I digress here because there is something fascinating about stopping expected flow – albeit if furnished by needed explanation – that can lead to deeper reflection. This is actually not a digression because I used this concept in the design of the CMS I made for my classes. The low-fi can occupy a meaningful place in a world of bells and whistles. (It can also put a site like mine in the 98th percentile on the Website Carbon Calculator.)

Early knowledge tool/management inspiration

For as much (ecologically taxing) technology exists to mine, aggregate, correlate, and analyze data about us, mere individuals, few insights garnered from this data are shared back with us. There is so much more computing power and potential available to us today than when the following knowledge webs came into being, giving inspired insight into what we could do with shared knowledge resources: the VictorianWeb, The Mind Is A Metaphor, Mapping The Republic of Letters, hypertext book editions, like of Wittgenstein’s Tractatus Logicus-Philosophicus (e.g.), and sophisticated scrapbooking/GTD tools like Tinderbox (which I feel compelled to say can be matched and superseded by Emacs). A yet-unsolved problem is how much knowledge remains siloed, requiring elaborate workflow setups to discover and integrate within one’s own knowledge system and experience.

Contemporary knowledge tool/management inspiration

Two compelling workers in the field of shared knowledge management today are Andy Matuschak who is creating an elaborate digital hermeneutic tool and Mark Strausser who writes on research debt, extracting knowledge from academic publications, the question of annotations and a so-called knowledge futures product package that rethinks publishing and knowledge sharing protocols.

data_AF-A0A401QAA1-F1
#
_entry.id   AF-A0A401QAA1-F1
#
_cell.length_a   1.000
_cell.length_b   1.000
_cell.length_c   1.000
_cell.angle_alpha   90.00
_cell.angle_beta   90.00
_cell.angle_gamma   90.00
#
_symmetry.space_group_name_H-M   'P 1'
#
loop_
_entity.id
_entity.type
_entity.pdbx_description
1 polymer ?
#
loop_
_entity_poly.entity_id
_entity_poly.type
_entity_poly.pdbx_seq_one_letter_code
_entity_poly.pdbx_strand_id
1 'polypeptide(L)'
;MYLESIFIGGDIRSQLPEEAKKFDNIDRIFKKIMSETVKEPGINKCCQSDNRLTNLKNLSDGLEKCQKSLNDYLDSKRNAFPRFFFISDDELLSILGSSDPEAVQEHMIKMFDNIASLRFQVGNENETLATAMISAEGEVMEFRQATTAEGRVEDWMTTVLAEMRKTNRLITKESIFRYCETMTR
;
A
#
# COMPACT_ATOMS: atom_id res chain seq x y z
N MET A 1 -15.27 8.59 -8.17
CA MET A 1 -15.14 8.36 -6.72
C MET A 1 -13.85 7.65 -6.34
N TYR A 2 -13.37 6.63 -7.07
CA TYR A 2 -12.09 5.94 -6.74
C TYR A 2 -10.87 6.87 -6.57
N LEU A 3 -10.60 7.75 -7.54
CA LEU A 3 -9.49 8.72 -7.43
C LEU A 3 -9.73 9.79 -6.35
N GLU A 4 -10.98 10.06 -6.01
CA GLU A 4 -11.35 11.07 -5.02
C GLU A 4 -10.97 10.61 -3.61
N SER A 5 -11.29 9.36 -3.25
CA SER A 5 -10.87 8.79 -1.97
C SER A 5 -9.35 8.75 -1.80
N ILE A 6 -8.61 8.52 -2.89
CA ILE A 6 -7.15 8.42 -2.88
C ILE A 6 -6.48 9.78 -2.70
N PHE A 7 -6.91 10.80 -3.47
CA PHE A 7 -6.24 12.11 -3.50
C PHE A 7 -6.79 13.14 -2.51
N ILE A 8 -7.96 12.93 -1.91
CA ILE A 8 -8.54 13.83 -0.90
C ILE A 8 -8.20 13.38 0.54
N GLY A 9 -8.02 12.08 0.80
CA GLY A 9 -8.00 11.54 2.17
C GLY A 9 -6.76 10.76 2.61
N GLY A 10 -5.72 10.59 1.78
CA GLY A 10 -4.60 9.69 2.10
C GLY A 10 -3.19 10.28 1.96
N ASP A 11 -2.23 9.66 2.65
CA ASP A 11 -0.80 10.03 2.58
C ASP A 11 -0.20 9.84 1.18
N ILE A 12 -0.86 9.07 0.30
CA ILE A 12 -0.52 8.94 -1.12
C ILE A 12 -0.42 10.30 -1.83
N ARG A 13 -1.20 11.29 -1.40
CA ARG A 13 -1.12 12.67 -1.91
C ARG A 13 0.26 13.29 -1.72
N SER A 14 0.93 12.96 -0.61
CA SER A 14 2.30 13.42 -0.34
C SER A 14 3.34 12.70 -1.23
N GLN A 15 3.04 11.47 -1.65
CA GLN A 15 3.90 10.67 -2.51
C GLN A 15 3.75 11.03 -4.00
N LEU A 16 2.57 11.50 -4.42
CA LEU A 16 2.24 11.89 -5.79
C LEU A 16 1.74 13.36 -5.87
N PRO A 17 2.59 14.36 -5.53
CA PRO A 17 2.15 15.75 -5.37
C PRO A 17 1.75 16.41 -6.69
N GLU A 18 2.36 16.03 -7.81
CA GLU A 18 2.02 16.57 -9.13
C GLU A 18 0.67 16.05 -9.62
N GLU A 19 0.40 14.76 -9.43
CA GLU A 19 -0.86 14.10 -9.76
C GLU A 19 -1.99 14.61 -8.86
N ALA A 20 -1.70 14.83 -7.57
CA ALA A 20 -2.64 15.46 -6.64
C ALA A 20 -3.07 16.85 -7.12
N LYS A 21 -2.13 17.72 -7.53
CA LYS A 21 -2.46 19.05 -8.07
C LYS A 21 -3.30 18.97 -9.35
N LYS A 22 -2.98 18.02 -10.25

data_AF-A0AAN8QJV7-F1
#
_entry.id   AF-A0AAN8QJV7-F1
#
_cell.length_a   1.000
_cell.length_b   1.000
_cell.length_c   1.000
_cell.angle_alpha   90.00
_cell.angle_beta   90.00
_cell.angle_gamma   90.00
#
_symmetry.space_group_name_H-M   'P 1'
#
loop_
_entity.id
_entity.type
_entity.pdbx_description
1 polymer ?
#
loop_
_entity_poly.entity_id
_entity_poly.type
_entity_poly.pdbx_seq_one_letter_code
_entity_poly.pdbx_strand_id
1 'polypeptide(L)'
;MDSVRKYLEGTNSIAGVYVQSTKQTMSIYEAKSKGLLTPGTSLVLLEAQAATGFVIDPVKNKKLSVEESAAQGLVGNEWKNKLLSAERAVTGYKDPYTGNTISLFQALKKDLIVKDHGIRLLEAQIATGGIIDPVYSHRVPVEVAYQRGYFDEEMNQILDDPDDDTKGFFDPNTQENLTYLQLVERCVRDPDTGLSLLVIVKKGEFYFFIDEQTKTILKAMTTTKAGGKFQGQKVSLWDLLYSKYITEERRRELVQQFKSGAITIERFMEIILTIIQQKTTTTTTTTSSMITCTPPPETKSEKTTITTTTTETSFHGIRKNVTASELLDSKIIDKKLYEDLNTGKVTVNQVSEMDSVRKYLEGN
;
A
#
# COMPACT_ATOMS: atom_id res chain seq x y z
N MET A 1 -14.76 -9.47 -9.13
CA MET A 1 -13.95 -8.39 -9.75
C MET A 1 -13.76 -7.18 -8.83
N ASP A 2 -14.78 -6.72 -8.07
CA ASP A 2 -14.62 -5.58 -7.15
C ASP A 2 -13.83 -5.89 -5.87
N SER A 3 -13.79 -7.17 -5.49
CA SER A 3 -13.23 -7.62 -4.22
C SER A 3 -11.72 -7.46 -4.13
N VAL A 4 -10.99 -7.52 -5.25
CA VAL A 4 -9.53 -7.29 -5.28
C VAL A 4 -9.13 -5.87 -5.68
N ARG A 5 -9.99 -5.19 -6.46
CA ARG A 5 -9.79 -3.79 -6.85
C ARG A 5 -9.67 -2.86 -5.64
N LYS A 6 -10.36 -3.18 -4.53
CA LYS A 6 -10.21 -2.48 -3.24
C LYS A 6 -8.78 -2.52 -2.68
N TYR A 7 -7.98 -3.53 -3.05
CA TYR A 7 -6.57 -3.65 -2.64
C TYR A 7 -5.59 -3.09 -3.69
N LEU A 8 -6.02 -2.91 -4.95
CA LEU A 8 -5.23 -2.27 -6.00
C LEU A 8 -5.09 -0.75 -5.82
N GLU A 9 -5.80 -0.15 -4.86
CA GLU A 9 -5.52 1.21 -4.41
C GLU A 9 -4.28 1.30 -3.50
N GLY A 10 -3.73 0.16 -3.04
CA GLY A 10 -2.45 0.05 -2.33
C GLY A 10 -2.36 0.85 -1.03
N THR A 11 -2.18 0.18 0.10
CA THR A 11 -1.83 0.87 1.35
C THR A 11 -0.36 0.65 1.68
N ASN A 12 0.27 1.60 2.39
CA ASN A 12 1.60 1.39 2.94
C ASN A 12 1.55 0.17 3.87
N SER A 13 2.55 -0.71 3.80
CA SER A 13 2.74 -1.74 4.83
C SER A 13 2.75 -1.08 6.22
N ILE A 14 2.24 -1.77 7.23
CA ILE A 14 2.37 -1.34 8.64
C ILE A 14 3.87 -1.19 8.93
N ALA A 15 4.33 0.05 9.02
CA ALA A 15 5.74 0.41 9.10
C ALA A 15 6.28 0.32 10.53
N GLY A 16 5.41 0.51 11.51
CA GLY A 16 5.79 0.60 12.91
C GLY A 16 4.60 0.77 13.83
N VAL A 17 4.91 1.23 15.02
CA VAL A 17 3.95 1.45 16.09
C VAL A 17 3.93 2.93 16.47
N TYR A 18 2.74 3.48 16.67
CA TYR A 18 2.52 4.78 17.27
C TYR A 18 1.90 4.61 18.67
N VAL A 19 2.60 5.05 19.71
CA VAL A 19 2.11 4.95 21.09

Mindmaps

Interesting mindmap, illustrated, and drawing tools include Loopy: an animated systems thinking tool, Explorable explanations, drawpile – a free software collaborative drawing tool, and a drawing tool created by Serge Zaitsev, On the Same Page. (His minimalist slides are also inspiring.)

Free software mindmaps include Vym and Semantik. I currently make my own mindmaps mostly using PlantUML in Emacs, but this is not a free software solution. I am trying to figure out how it would be possible to include a mindmap tool as a sustainable, “free as in freedom” collaborative teaching tool.

In my LibrePlanet2022 talk, I suggested that all academic subjects should, at least in periodic sub-components of a class, explain how the subject relates to other subjects. Explaining this can be helped through using disciplinary mental maps, such as Towards a Literacy of Cooperation and Castellani’s Complexity Map.

One resource on how to create one’s own maps can be found at Picture It Solved, which makes the point of how visualizing ideas “improves communication, problem solving, and decision making.”